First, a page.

Photoelectric detector could be a low-cost route to detecting atmospheric pollutants

“Climate change is widespread, rapid, and intensifying”, wrote the Intergovernmental Panel on Climate Change (IPCC) in August 2021. The only way to limit its impact is through “strong and sustained reductions” in emissions of greenhouse gases (GHGs); particularly, carbon dioxide (CO2) and methane (CH4). The amount of CO2 in our atmosphere has increased globally by about 40 % since the industrial revolution. For methane, the increase is closer to 150 %. To date, monitoring GHGs has been a specialist pursuit, carried out using very expensive, advanced measuring equipment. Implementing real-world mitigation strategies will require a more fine-grained approach – ideally, a dense, low-cost, global network of sensors that can continuously and accurately monitor GHGs in real-time. And given that more than 70% of carbon emissions come from urban areas, they’d be a good place to start.

A group of South Korean researchers may have a solution. They’ve designed a graphene-based photoelectric detector that can measure changes in incident light energy caused by the presence of GHGs in the atmosphere. In a recent issue of Carbon [DOI: 10.1016/j.carbon.2022.06.044], they report that this is the first time a device like this has been used to study GHGs, and say that its low fabrication costs could see it adopted widely.

At the heart of the device is graphene – a material known for its excellent electrical properties. To make the detector structure, the authors exposed vertically arranged graphite cylinders to high temperatures and pressures (under a mixed gas environment) for two weeks. This caused the growth of tens to hundreds of vertically stacked, overlapping graphene nanosheets between the cylinders, which filled the space. The composite structure was then exposed to 1000 °C under 100 atm for one week, along with an electric field – in this environment, an additional layer of 2D graphene sheets formed along the top of the cylinders. The structure was then insulated with boron, placed into a stainless steel vessel, with a quartz window installed on its upper surface, forming a vacuum.  When in use, light entering the detector material would pass through a gas medium outside the quartz.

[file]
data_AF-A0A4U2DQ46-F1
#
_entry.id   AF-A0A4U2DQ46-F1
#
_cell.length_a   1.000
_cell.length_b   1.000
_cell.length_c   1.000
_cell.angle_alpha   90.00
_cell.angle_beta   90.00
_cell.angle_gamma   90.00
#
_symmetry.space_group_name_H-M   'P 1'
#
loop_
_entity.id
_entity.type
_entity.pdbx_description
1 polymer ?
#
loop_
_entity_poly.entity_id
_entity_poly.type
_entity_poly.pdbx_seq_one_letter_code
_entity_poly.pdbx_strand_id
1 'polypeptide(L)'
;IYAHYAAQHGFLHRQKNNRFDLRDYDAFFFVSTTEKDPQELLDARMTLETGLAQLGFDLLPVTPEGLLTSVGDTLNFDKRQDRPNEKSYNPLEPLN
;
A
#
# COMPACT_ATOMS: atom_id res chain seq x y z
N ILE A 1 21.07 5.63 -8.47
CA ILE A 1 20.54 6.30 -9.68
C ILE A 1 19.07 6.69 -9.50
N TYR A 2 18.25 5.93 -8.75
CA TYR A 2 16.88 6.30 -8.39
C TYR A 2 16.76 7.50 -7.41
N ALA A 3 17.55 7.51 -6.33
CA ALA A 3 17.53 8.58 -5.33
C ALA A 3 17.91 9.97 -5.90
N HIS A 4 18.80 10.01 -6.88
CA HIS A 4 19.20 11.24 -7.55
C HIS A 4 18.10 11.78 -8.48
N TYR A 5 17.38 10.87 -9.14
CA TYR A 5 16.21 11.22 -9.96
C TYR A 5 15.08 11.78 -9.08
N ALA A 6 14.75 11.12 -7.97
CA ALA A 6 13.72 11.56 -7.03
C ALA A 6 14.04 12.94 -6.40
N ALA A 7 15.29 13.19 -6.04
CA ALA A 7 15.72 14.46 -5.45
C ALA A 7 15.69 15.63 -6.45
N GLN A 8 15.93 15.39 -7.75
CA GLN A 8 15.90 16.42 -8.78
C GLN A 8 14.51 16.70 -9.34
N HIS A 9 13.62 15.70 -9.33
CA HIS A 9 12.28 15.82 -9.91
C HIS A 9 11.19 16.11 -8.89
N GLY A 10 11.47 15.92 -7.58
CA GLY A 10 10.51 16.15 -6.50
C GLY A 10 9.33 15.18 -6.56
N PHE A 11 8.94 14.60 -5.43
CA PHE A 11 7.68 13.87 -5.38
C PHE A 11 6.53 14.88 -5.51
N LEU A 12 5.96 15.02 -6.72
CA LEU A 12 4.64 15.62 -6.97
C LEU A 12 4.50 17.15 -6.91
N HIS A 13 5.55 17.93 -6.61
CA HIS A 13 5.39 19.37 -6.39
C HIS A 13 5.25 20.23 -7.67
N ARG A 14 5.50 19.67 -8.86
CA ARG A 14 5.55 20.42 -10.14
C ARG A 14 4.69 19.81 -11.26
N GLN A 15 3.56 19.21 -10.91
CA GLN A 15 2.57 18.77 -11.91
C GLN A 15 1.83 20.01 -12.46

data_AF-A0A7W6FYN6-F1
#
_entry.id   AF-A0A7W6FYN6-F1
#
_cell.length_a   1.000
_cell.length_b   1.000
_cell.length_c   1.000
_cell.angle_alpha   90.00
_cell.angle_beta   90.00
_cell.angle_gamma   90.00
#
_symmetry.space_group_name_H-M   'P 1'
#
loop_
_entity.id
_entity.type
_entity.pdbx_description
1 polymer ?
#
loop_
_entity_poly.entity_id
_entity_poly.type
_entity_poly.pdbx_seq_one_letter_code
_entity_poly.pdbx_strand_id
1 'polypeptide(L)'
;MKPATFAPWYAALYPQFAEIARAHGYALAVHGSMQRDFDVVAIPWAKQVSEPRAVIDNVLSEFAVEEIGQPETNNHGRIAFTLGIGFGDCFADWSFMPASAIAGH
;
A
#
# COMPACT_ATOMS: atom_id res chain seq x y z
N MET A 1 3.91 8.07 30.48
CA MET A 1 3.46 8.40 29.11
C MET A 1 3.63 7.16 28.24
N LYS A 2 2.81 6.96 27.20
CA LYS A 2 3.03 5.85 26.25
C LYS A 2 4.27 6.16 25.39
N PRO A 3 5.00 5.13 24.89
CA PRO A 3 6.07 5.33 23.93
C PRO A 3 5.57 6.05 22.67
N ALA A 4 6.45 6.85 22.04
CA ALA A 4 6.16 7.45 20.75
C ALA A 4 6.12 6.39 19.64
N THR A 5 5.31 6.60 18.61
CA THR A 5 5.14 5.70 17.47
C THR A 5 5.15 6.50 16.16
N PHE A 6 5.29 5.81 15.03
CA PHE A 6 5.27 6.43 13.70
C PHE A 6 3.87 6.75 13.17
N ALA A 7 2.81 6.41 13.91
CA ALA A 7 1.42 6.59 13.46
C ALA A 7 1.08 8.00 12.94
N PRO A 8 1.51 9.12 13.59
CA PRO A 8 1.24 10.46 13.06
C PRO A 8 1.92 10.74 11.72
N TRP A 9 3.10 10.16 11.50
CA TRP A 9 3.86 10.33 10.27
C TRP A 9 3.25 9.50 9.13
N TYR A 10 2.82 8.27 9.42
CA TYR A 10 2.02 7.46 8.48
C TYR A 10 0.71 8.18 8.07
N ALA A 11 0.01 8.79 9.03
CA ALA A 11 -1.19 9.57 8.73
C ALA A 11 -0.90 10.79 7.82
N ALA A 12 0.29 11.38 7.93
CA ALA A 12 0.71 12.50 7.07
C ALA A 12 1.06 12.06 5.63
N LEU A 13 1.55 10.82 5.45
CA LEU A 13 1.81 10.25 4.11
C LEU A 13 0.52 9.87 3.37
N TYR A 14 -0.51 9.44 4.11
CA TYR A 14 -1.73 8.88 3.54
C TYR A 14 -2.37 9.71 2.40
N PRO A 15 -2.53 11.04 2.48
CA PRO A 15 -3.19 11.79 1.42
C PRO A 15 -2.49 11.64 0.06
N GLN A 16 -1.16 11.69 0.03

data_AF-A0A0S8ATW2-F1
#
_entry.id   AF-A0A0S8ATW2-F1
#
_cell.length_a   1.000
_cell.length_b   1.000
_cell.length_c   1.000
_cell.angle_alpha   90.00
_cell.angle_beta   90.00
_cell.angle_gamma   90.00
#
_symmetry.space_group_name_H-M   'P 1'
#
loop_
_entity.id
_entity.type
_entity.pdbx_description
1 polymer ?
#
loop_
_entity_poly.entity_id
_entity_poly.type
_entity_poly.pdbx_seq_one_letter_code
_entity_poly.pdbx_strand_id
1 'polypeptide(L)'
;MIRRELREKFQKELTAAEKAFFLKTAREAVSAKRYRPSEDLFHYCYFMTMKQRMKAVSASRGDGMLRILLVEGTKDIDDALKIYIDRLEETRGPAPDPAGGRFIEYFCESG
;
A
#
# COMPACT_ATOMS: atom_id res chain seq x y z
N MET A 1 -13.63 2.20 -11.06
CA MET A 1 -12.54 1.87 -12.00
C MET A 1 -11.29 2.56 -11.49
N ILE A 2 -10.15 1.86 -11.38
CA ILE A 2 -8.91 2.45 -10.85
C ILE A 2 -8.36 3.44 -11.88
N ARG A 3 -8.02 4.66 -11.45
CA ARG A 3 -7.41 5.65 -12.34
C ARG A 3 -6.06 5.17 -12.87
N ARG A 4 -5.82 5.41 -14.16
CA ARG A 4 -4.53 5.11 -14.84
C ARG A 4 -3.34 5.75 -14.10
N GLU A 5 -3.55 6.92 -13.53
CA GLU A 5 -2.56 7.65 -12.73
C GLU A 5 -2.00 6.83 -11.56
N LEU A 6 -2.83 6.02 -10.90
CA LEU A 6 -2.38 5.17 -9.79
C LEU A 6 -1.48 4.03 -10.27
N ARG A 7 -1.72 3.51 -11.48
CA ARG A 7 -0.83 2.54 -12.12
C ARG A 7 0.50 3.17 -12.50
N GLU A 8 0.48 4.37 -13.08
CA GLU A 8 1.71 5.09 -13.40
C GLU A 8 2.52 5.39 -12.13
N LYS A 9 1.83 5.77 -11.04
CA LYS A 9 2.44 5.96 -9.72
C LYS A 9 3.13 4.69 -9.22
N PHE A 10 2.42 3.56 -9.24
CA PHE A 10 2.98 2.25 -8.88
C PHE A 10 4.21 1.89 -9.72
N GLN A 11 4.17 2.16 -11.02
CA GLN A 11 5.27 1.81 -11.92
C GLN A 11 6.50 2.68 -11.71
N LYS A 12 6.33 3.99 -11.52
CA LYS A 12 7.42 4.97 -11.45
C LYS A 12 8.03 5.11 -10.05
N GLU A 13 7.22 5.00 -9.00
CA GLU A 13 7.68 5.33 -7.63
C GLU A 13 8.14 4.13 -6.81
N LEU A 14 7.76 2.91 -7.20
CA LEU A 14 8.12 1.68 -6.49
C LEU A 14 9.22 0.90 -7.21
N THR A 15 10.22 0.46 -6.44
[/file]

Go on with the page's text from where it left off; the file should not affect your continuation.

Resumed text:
Initial tests proved that the electrical conductivity of the device increased as light intensity increased, and that the number of emitted photoelectrons is proportional to the intensity of the incident light. This confirmed that it was successfully operating as a photoelectric device, and further tests showed that it responded to fluctuations of light within 1 second. The authors then moved on to exploring the effect of GHGs on photocurrent. The device showed no significant change in responsivity when low-intensity incident light reached it after passing through nitrogen and oxygen gas. However, once GHGs were included in the medium, e.g. mixed methane gas (CO2 + CH4), there was an evident change in the device’s conductivity.

To reflect a typical urban environment, the authors chose to test with ‘high concentration standard gases’ (5x average atmospheric concentration), and measured the device’s response. They then adjusted GHG concentrations to 1/2, 1/5, and 1/10 of standard concentrations, and repeated the measurements. In all cases, they used a single intensity of incident light. They found that responsivity decreased as the corresponding gas concentration decreased. They write that “at a relatively high concentration, the energy absorbed by the GHGs is significant and highly reactive, supporting the response mechanism of the graphene photoelectric device.”

The GHG detector accurate responded to concentrations of CO2 between 2159 to 216 ppm, 0.6 to 0.06 ppm of carbon monoxide, and 8.79 to 0.88 ppm of methane mixed gas in the air. The authors say that this “approached the detection limits of high-performance GHG measuring equipment,” and concluded that their “photodetectors will provide a basis for building high-density GHG monitoring network systems in cities.”



Young Suk Oh, Hun-Seong Kim, Nicole Bassous, Dong Won Kim, Chang Kee Lee, Sangwon Joo, Haeyoung Lee, Chu Yong Chung, Yeon Hee Kim, Sung Mi Jung, Su Ryon Shin, Hyun Young Jung. “Non-contact, low-cost regional greenhouse gases detection via 3D laminated graphene-based photoelectric construct,” Carbon 197 (2022) 246-252. DOI: 10.1016/j.carbon.2022.06.044